Collective punishment or human shields ? Israel’s military has no “moral superiority”
18 juillet 2014 - Omar Baddar pour Salon.com - 18 juillet 2014
Omar Baddar, politologue spécialiste du Moyen-Orient déconstruit l’idée que l’armée israélienne serait la plus morale du monde. Il revient notamment sur l’usage de boucliers humains, l’usage disproportionné de la force, l’asymétrie du conflit en se basant sur des informations collectées par des organisations de défenses de droit de l’homme.
Collective punishment or human shields ? Israel’s military has no “moral superiority,” time for media to cover Gaza fairly
The civilian death toll in Gaza is immoral and unacceptable — and it’s time to talk honestly about all of it
How commonly is the alleged moral superiority of the Israeli military invoked ? So commonly that if you type “the most moral army in the world” into Google, you’ll immediately get a bunch of articles discussing the Israeli “Defense” Forces. Just last week, Slate’s William Saletan argued that while Hamas fires rockets at civilians, Israel takes “pains” in its “exemplary” efforts to avoid harming Palestinian civilians. The New York Times’ Steven Erlanger didn’t “argue” that Israel takes major precautions to avoid harming civilians, he seemed to be taking it as a given when he wrote Gazans were anxious about airstrikes “no matter how carefully Israel tries to target them.”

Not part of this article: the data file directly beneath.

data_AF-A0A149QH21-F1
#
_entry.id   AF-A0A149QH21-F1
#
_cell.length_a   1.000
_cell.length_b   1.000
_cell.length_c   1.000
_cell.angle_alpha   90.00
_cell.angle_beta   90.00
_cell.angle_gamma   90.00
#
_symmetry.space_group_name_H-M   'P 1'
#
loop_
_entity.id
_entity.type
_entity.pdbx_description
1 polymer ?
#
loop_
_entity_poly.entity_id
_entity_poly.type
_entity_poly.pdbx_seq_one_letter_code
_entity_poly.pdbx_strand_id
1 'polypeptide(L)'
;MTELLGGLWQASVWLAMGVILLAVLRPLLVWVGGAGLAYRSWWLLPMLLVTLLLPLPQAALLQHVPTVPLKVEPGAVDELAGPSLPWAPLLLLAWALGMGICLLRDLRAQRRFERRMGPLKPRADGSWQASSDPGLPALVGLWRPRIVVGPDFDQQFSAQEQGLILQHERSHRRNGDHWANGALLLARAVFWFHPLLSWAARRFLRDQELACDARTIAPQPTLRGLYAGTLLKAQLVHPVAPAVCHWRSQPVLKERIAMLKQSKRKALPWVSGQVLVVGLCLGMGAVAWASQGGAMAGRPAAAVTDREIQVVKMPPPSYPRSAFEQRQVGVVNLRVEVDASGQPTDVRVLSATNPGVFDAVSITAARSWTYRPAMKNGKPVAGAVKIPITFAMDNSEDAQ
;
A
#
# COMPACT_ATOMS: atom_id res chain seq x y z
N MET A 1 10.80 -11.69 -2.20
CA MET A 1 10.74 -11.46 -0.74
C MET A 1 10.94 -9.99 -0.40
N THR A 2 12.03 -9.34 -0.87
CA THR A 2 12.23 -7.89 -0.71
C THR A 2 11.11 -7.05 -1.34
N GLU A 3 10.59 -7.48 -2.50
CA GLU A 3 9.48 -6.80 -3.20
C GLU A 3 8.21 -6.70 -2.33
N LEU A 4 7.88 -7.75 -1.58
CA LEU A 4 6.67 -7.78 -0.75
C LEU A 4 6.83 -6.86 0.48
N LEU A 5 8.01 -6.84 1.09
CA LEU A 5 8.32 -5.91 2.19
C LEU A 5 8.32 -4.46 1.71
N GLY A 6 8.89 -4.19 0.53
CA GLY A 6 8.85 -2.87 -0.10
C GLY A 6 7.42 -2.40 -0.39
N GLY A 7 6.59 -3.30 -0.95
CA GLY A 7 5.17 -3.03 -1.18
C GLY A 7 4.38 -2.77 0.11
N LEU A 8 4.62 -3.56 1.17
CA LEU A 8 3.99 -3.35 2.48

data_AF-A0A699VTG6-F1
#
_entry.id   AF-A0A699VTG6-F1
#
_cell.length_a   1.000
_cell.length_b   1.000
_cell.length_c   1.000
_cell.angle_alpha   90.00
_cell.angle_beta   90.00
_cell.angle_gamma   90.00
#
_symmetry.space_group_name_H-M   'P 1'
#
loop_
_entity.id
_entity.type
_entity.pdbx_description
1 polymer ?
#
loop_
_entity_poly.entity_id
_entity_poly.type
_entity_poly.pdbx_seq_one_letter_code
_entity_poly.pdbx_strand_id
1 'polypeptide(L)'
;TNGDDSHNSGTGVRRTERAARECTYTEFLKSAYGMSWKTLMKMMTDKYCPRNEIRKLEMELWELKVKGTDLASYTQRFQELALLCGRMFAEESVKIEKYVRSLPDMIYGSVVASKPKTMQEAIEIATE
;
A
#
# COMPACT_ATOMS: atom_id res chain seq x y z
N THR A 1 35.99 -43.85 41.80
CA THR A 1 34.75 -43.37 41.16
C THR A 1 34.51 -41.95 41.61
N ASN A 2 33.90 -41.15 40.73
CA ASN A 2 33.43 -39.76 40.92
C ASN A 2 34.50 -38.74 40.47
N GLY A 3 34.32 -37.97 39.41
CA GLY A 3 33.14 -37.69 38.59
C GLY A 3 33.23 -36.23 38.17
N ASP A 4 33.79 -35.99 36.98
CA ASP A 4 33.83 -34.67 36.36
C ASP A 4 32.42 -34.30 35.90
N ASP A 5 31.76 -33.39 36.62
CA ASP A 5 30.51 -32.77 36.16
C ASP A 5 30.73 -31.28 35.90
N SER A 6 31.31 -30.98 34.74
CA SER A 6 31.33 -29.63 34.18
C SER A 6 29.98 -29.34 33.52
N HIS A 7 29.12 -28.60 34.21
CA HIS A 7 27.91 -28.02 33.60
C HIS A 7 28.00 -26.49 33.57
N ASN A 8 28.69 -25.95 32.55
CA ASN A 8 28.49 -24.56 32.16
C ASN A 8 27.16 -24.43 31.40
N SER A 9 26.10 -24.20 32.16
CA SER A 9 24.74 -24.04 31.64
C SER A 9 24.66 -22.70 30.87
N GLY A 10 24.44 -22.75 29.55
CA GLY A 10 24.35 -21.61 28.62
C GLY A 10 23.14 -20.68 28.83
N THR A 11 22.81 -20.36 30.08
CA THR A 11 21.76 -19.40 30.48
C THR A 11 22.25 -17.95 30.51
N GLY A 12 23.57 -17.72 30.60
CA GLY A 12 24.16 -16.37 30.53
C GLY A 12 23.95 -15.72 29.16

Despite the fact that the Palestinians are an occupied, besieged and oppressed population that lacks the capability to defend itself against systemic and daily Israeli violence, Hamas’s insistence that Israeli civilians are legitimate targets is morally indefensible, and should be condemned by all people of conscience. But according to what evidence is Israel’s conduct better ? And how can it possibly be better when Israel has advanced surveillance capability and laser-guided weaponry, but has still managed to kill more than 150 Palestinian civilians (including 40+ children) in Gaza, compared to just one Israeli death in this latest round of violence ? Instead of taking Israel at its word, let’s look at the take of credible observers.
Human Rights Watch, on Israel’s Conduct